The following self-test questions are intended to help you evaluate your use of Financial Timesaver for maintaining and developing your knowledge in line with FSA requirements. Circle the correct answer, add up your score out of ten and file in your knowledge maintenance and developments records. The answers are shown on page 9. 1. Member Advisers for pension schemes have to consider a range of factors in advising clients about incentivised transfer exercises following the new Code of Good Practice. Which factor do they NOT need to take into account under the Code? a) The size of any cash-in-hand incentive for members b) The strength of the employer covenant c) The likelihood of future discretionary increases to pensions d) The range of default investment options available 2. What guidance has the Institute of Chartered Accountants in England and Wales issued to its members in 2012 about their involvement in tax-avoidance schemes? a) Members could be subject to disciplinary action if they are involved in aggressive tax avoidance schemes b) Members could be subject to disciplinary action if they are involved in tax evasion c) Members should continue to provide their clients with advice on legal arrangements to save tax d) Members should warn their clients against the possible consequences of undertaking aggressive tax schemes but become involved if clients ask for help 3. John’s SIPP had a fund of £400,000 at retirement. Fees of £4,000 were deducted from the plan to cover advice on retirement income options, including drawdown and annuities. What would be the maximum amount of John’s PCLS? a) £100,000 in all circumstances b) £99,000 in all circumstances c) £100,000 if John chose to take an annuity d) £99,000 if John chose to take drawdown and the fee had been deducted before designation of the funds 4. What has the European Court of Justice decided about discretionary management fees in the Deutsche Bank case? a) All fees are VAT exempt b) Fees are VAT exempt in respect of advice only c) Fees are VAT exempt provided they are deducted directly from the investments d) All fees are subject to VAT 5. What is the proposed new cap on income tax relief expected to cover, according to HMRC and HM Treasury joint consultative document? a) Pension contributions b) Qualifying loan interest c) Charitable gifts d) Venture capital trust investment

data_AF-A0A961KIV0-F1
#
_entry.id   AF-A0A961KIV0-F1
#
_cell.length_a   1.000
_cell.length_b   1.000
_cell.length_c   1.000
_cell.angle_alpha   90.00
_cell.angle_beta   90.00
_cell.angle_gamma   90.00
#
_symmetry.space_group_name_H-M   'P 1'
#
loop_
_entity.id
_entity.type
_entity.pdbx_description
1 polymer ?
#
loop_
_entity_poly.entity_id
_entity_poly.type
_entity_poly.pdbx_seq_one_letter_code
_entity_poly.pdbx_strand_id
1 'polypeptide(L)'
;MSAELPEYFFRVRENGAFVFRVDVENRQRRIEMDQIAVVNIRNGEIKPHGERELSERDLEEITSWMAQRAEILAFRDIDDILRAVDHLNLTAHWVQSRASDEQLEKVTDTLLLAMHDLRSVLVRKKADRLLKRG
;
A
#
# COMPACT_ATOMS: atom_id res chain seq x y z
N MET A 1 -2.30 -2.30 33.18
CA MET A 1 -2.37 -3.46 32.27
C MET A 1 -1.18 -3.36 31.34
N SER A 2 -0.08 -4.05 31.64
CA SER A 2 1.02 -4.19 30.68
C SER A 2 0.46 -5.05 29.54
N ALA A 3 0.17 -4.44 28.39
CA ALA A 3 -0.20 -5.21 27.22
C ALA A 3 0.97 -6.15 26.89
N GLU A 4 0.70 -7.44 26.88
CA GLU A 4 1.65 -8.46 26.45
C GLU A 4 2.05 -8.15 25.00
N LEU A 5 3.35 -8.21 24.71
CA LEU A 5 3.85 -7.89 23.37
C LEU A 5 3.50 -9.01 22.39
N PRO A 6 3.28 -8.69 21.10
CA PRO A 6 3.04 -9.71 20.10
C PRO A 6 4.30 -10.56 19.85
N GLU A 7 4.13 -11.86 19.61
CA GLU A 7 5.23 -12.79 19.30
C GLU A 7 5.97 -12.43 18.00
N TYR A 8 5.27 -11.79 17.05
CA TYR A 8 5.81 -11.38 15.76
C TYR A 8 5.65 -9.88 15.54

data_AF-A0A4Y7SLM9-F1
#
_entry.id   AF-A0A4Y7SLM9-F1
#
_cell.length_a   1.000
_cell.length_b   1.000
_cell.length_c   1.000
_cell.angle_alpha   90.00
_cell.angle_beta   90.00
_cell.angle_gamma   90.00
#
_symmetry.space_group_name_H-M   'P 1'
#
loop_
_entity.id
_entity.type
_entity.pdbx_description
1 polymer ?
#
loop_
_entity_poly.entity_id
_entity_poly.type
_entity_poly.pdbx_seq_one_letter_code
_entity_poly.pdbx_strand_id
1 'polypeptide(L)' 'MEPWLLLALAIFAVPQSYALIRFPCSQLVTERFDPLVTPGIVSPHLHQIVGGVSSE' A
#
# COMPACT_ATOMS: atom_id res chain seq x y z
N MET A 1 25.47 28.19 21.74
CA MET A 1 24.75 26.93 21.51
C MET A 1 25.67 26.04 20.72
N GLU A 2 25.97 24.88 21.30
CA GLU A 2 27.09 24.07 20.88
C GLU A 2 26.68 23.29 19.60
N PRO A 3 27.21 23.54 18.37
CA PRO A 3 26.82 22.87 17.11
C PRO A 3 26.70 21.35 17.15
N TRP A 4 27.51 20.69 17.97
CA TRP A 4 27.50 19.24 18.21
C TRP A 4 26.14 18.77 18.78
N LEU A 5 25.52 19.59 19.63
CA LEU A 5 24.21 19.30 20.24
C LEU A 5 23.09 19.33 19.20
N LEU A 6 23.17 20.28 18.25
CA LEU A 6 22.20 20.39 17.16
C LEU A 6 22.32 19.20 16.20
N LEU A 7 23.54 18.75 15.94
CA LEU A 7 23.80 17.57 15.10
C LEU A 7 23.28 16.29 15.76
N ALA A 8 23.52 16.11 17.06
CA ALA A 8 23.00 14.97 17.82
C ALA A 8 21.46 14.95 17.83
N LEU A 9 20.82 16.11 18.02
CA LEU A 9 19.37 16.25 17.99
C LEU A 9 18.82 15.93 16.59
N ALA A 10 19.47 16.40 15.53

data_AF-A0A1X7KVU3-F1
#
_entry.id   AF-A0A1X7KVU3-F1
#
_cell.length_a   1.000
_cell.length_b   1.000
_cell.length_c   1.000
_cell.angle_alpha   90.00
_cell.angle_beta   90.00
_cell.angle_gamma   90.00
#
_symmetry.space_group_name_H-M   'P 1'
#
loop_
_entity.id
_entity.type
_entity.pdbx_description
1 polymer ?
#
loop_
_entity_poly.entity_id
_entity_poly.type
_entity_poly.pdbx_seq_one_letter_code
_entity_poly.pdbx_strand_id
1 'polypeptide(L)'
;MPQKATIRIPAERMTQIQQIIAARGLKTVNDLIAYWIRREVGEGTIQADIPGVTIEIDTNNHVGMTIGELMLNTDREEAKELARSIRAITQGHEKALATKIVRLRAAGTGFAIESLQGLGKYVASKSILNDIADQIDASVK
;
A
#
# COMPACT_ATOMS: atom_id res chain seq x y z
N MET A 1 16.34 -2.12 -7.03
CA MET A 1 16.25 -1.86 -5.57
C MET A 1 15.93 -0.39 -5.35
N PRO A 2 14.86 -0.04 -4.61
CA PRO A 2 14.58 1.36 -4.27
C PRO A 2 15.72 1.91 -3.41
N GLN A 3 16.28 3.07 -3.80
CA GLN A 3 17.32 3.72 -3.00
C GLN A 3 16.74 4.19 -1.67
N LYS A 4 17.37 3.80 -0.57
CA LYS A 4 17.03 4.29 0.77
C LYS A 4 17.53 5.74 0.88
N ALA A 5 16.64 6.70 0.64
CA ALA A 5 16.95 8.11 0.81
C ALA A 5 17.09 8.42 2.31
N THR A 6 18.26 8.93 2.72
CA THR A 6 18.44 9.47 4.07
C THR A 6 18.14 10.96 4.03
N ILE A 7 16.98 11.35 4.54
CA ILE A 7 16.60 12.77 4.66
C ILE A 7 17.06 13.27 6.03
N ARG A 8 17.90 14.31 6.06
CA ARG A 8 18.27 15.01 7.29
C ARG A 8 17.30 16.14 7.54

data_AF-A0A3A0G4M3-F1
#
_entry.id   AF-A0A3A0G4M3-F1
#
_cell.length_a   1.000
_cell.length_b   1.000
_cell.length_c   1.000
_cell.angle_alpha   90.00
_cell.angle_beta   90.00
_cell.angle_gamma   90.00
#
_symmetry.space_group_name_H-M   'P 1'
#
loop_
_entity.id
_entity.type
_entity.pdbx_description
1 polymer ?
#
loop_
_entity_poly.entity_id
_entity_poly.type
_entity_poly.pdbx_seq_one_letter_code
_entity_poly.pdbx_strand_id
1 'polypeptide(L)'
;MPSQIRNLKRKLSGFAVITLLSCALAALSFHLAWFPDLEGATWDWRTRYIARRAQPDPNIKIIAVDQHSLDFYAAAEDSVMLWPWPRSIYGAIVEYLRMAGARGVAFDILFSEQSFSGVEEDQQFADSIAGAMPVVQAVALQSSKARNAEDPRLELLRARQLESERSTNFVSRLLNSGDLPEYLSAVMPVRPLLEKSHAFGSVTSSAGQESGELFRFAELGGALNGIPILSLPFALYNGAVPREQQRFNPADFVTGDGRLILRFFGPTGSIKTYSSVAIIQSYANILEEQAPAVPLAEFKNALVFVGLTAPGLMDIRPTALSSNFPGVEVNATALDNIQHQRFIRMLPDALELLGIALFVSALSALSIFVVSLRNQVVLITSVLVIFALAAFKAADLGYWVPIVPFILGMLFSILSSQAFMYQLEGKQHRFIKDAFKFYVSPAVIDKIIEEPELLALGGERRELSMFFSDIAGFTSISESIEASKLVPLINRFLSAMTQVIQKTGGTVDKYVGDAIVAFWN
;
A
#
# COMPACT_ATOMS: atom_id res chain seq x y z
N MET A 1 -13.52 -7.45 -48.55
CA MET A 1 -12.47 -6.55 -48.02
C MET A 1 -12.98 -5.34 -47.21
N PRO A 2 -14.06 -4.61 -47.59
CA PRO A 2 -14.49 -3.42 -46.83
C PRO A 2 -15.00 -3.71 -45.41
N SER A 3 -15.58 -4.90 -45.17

Issue 178 August 2012


August 2012



6. What does the Kay Review say has influenced regulators to rely excessively on disclosure of information by companies? a) The impact of EU legislation b) The influence of US legislation c) The spread of passive investment strategies d) Belief in the efficient market hypothesis 7. Jeff has £500,000 total income in 2013/14 and makes a contribution to a personal pension with tax relief at source of £40,000 gross. What would be his proposed maximum relievable income cap? a) £50,000 b) £115,000 c) £125,000 d) £135,000

8. a) b) c) d)

What should be of foremost concern to firms when offering CIPs to their clients? The impact of charges The flexibility of the CIP solution The needs of the target clients The range of underlying investments

9. What did the Pensions Minister Steve Webb suggest could enhance the pensions industry’s ‘battered’ reputation? a) Agreeing a maximum charge for automatic enrolment schemes b) Directing more employers towards NEST as their default investment c) Replacing contract-based pensions with trust-based schemes d) Reducing charges for legacy pensions business 10.Which costs do pension providers generally excluded from disclosing to pension investors? a) Investment manager fees b) Dealing costs for investments c) Bonuses paid to provider sales staff d) Commission paid to advisers

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Issue 178 August 2012

Financial Timesaver - August 2012  

Financial Timesaver is a monthly digest (available in PDF format as part of a digital subscription) which gives financial professionals a ro...